Karnataka: The ‘Chief Minister's Bala Seva Scheme' for the welfare of children orphaned due to Covid -19, includes monthly financial assistance of Rs 3,500 for guardians. The Government has also set up separate quarantine facilities as well as hostels for children up to the age of 18.

Children below the age of 10 who do not have guardians will be put under child care institutions and mentorship will be provided for the overall development of the child. Girls who complete 21 years of age will be given Rs 1 lakh for their higher education, marriage expenses and self-employment. 

Further, the state Government will also distribute laptops or tablets free of charge to children who have completed the 10th standard to provide them support for their higher education.

Maharashtra: The state Government announced that a fixed deposit of Rs 5 lakhs would be made in the name of each child who has lost at least one parent due to Covid. This is apart from a monthly allowance of Rs 1,125. Further, NGOs and individuals have been invited to support such children and provide them with guidance and counselling, along with any other support they may need.

Uttar Pradesh: According to the state Government, at least 200 children in the state have lost both parents, while another 1,800 have lost at least one parent to Covid. The state government has said that it will take up the responsibility of such children and has set up a task force to identify orphans and bring them into the legal adoption pool.

Under the UP Mukhyamantri Bal Sewa Scheme, children are entitled to a monthly stipend of Rs 4,000 for each child and the state will fund their education and marriage. Beneficiaries of the scheme include those who have lost both their parents those who have lost the single remaining parent and those who have lost the sole breadwinner parent.

Delhi: The Delhi Government has said that it will give a stipend of Rs 2,500 per month to children who have lost their parents, till the age of 25. The Government is also paying for the education of any child who has lost their parents due to the pandemic and will be providing counselling and guidance to these children. A committee is also being formed to resolve the issues that the children are facing.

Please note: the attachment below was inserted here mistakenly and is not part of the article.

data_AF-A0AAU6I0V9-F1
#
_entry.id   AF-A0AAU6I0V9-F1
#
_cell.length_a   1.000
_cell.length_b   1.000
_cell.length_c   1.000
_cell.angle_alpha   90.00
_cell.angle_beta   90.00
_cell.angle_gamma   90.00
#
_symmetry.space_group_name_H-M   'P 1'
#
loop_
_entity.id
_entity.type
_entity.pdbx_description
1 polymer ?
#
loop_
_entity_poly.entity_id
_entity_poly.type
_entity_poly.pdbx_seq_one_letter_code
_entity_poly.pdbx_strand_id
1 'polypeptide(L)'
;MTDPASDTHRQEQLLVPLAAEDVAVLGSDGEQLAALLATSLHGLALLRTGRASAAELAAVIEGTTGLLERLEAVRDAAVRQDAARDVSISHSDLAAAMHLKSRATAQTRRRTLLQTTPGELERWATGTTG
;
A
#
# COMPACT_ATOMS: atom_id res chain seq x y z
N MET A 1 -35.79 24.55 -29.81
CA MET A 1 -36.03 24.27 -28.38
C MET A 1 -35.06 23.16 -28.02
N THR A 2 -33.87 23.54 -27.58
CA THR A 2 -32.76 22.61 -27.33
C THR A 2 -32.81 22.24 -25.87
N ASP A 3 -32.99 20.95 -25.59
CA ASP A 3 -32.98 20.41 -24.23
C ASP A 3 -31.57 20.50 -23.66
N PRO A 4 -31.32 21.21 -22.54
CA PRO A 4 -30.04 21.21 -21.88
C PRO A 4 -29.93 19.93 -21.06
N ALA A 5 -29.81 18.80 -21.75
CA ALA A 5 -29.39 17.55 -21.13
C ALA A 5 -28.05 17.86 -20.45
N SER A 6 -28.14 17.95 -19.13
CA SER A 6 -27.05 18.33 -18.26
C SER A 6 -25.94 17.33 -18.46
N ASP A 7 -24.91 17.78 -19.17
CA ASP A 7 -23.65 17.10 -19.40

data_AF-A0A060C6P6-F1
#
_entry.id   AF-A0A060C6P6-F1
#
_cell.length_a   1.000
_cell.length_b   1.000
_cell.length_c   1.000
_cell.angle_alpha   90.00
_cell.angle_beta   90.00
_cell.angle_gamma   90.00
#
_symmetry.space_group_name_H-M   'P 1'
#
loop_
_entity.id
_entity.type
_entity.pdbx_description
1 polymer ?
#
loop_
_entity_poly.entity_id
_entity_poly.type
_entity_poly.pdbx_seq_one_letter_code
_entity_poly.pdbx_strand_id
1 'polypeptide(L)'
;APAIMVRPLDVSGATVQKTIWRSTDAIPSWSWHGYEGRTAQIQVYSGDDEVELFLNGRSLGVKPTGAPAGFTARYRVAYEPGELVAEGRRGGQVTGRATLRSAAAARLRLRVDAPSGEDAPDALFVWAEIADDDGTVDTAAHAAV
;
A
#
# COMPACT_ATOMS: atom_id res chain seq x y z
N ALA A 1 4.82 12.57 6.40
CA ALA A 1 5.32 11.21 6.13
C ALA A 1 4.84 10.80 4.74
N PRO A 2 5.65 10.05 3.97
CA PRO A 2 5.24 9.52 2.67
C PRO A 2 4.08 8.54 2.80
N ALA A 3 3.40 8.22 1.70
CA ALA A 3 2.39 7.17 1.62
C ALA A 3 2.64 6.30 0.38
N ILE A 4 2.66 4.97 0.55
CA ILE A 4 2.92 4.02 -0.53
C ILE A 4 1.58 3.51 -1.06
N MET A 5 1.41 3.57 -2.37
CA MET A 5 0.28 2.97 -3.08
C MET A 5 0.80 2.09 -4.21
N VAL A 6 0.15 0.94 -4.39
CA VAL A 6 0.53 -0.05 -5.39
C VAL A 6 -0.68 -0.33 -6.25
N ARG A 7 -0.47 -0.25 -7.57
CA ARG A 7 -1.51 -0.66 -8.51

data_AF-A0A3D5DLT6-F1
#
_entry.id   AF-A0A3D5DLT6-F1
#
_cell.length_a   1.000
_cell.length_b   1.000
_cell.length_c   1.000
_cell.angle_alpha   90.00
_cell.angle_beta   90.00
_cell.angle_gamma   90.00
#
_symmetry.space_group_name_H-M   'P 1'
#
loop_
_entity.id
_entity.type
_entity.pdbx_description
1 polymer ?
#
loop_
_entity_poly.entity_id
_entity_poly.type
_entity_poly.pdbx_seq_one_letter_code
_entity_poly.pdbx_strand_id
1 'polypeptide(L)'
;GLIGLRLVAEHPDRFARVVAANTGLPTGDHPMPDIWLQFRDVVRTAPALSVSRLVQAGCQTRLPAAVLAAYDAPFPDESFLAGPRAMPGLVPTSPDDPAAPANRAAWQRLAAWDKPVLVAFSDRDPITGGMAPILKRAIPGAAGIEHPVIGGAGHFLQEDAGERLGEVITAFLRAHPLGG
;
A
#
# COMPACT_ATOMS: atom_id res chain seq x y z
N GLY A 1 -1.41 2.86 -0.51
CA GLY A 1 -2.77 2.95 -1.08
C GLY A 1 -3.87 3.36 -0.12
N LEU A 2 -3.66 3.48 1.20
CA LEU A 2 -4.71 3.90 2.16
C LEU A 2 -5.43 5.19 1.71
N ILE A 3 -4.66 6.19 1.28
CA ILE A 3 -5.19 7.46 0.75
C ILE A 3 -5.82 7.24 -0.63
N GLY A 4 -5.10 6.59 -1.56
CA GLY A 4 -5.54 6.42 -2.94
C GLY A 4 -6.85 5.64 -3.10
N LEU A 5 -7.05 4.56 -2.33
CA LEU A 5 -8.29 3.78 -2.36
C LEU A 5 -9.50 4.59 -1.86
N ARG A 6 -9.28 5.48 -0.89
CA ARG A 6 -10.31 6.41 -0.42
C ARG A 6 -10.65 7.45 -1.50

Tamil Nadu: The state Government has announced a fixed deposit of Rs 5 lakhs for minor children who lose their parents, while children who have lost one of their parents will receive Rs 3 lakhs. The money will be given to them once they turn 18.  

The children will also be given priority admission to Government-run hostels and homes with the state taking care of all their expenses up to graduation. Further, the guardians of children who have relatives will receive a monthly stipend of Rs 3,000, till the age of 18. 

Assam: Under the Mukhya Mantri Sishu Seva Yojana, the Assam Government has announced financial assistance of Rs 3,500 for this month and a fixed deposit of Rs 7,81,200 against which they will receive Rs 3,500 every month till the age of 24. The State government has also announced a grant of Rs 10 lakhs to each district for non-institutional care of minor Covid orphans.

Gujarat: The state Government announced that Covid orphans will receive an assistance of Rs 4,000 monthly till the age of 18. For beneficiaries between the ages of 20 and 24, a monthly financial aid of Rs 6,000 will be provided.  

Odisha: Temporary homes have been created in the 30 districts of the states to support children orphaned during the pandemic. The state will also bear the education expenses for these children, apart from providing a monthly pension of Rs 2,000. 

Further, the Women and Child Development and Mission Shakti department has also helpline numbers — 1098, OSCPSR helpline 1800-345-4494 and State Covid helpline 104 — to track and assist vulnerable children. 

While social media is full of calls for adopting children who have been orphaned in the pandemic, experts caution against cases where legal processes might be flouted. In fact, the NCPCR has asked social media platforms such as Facebook and Twitter to share the origin of posts advertising the adoption of children orphaned due to the pandemic. NCPCR has warned that such adoptions, bypassing the right channels as per the Juvenile Justice Act, are illegal and liable for prosecution.